# Week 6, lesson 2 - musical scales, including navigating them with waveforms

Time to look at musical scales. Moving around scales can be especially fun with waveforms, so there's a lot of focus on that. It's a bit fiddly because as I explain in the video, you have to convert between decimal and whole numbers with e.g. `floor <\$>`.. I'm going to have to look at making that easier in Tidal. Anyway, here's the video:

• 0:00 - intro
• 0:48 - Using sets of samples that are ready-tuned in scales (e.g. arpy)
• 02:59 - Random notes in a scale
• 03:30 - Random variation around a melody
• 03:57 - Motivating the 'scale' function
• 04:24 - Using the 'scale' function
• 04:55 - Shifting time to get different random streams
• 05:48 - Listing the available scales with scaleList
• 06:48 - Using waveforms to move around a scale
• 10:35 - Working outside of the scope of a 'scale'
• 12:40 - Patterning the range of a waveform
• 13:47 - Patterning the scale that's used
• 14:10 - Adding rhythmic structure with 'struct'
• 15:50 - Adding / multiplying waveforms together to make new waveforms
• 17:50 - Using 'off' to add some canon structure

And the worksheet:

``````-- The 'arpy' folder contains sounds sampled using a pentatonic
-- 'ritusen' scale, starting with 'c'. In this scale there are five
-- notes per octave.  So these are the same notes:
d1 \$ n "0 5" # sound "arpy"

d2 \$ n "0 12" # sound "superpiano"

-- Pentatonic scales like this are nice to work with because they all
-- sound good together. So if we add a random note to a melody, it
-- always sounds 'good':

d1 \$ n ("0 [7 2] 3 2" |+ irand 3) # sound "arpy"

-- This isn't really the case on the usual twelve-tone "equal
-- temperament" (12-TET) scale:
d1 \$ n ("0 [7 2] 3 2" |+ (irand 3)) # sound "superpiano"

-- 12-TET is the scale that pianos etc are normally tuned to in the west.

-- To use a different scale, we can use the "scale" function for converting
-- numbers from a different scale to 12-TET.
d1 \$ n (scale "ritusen" \$ "0 [7 2] 3 2" |+ (irand 3))
# sound "superpiano"

-- There's quite a few available:
scaleList

-- It's fun to use waveforms to pick notes from a scale. For example,
-- use a smooth sinewave to select notes from a minor scale:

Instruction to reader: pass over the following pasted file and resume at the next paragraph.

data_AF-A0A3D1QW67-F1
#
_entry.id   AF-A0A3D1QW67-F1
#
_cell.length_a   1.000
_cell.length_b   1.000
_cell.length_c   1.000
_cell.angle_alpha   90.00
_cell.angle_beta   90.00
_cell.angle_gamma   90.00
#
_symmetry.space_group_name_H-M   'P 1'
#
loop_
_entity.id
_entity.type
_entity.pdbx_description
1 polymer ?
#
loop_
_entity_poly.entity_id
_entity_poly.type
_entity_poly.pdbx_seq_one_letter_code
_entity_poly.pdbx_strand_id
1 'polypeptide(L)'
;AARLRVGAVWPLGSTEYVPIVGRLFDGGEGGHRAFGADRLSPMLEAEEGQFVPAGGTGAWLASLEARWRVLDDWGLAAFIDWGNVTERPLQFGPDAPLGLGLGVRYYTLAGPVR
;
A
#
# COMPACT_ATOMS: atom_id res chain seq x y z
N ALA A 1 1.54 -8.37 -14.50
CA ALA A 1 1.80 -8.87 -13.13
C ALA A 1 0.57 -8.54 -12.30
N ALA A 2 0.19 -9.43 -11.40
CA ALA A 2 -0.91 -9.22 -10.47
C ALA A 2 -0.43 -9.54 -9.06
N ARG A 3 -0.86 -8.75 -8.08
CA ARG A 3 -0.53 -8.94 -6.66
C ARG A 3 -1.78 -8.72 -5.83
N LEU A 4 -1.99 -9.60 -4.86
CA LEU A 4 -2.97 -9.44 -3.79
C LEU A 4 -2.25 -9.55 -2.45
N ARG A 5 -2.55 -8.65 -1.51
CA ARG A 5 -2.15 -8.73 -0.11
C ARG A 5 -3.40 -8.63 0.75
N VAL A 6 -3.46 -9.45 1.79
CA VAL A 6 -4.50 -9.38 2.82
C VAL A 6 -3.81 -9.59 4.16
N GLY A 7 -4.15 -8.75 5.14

d1 \$ segment 16 \$ n (scale "minor"
\$ floor <\$> (range 0 14 sine)
)
# sound "supersaw"
# legato 0.5
# lpf 1000 # lpq 0.1

-- Remember that waveforms don't have structure, so don't produce
-- events until you use something like 'segment', which in the example
-- above picks 16 notes per cycle.

-- There's also a complication that waveforms produce 'floating point'
-- decimal numbers, but scale only accepts 'integers' - whole numbers.
-- The 'floor <\$>' bit converts from decimal to whole numbers.  The
-- "range 0 14" bit converts from the usual range of 0 to 1 to the
-- given range of 0 to 14.

-- We can make this more exciting by patterning the range:
d1 \$ segment 16 \$ n (scale "minor"
\$ floor <\$> (range "<0 4 -8>" "<12 14 13 -13>" sine)
)
# sound "supersaw"
# legato 0.5
# lpf 1000 # lpq 0.1

-- And maybe even more exciting by using 'struct' to pattern the
-- rhythm using Euclidean syntax.. Taking the opportunity to pattern
-- the lpf (low pass filter) as well:
d1 \$ struct "t(<9 7>,16)"
\$ n (scale "minor"
\$ floor <\$> (range "<0 4 -8>" "<12 14 13 -13>" sine)
)
# sound "supersaw"
# legato 0.5
# lpf (range 400 5000 saw) # lpq 0.1

-- Using scales in this way allows us to play with movement while
-- still making tunes that make 'sense'. Here I add together
-- waveforms to create some longer-form movement:
d1 \$ segment 16 \$
n (scale "minor"
\$ floor <\$> (slow 2 \$ (slow 2 sine + slow 3 cosine) * "<6 -3>"
)
)
# sound "supersaw"
# legato 0.5
# lpf (range 400 5000 saw) # lpq 0.1

-- Back with the struct:
d1 \$ struct "t(<9 7>,16)" \$
n (scale "minor"
\$ floor <\$> (slow 2 \$ (slow 2 sine + slow 3 cosine) * "<6 -3>"
)
)
# sound "supersaw"
# legato 0.5
# lpf (range 400 5000 saw) # lpq 0.1

-- And with an 'off' going up an octave: